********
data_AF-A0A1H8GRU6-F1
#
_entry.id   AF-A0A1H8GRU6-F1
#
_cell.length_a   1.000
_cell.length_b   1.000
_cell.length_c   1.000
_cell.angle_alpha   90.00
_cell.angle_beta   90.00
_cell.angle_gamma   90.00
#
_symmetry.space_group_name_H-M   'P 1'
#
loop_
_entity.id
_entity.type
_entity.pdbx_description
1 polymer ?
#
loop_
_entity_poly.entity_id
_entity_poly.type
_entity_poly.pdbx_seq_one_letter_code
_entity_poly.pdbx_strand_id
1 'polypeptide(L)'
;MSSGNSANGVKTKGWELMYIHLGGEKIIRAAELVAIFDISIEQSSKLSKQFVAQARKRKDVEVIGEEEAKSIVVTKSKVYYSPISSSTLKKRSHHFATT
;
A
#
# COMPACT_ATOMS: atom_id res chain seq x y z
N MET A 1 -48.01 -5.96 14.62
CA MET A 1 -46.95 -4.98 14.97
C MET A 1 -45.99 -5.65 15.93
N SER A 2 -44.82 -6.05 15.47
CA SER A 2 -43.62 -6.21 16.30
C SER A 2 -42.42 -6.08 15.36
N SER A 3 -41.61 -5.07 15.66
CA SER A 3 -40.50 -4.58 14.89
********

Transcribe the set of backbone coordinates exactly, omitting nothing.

data_AF-A0A1H8GRU6-F1
#
_entry.id   AF-A0A1H8GRU6-F1
#
_cell.length_a   1.000
_cell.length_b   1.000
_cell.length_c   1.000
_cell.angle_alpha   90.00
_cell.angle_beta   90.00
_cell.angle_gamma   90.00
#
_symmetry.space_group_name_H-M   'P 1'
#
loop_
_entity.id
_entity.type
_entity.pdbx_description
1 polymer ?
#
loop_
_entity_poly.entity_id
_entity_poly.type
_entity_poly.pdbx_seq_one_letter_code
_entity_poly.pdbx_strand_id
1 'polypeptide(L)'
;MSSGNSANGVKTKGWELMYIHLGGEKIIRAAELVAIFDISIEQSSKLSKQFVAQARKRKDVEVIGEEEAKSIVVTKSKVYYSPISSSTLKKRSHHFATT
;
A
#
# COMPACT_ATOMS: atom_id res chain seq x y z
N MET A 1 -48.01 -5.96 14.62
CA MET A 1 -46.95 -4.98 14.97
C MET A 1 -45.99 -5.65 15.93
N SER A 2 -44.82 -6.05 15.47
CA SER A 2 -43.62 -6.21 16.30
C SER A 2 -42.42 -6.08 15.36
N SER A 3 -41.61 -5.07 15.66
CA SER A 3 -40.50 -4.58 14.89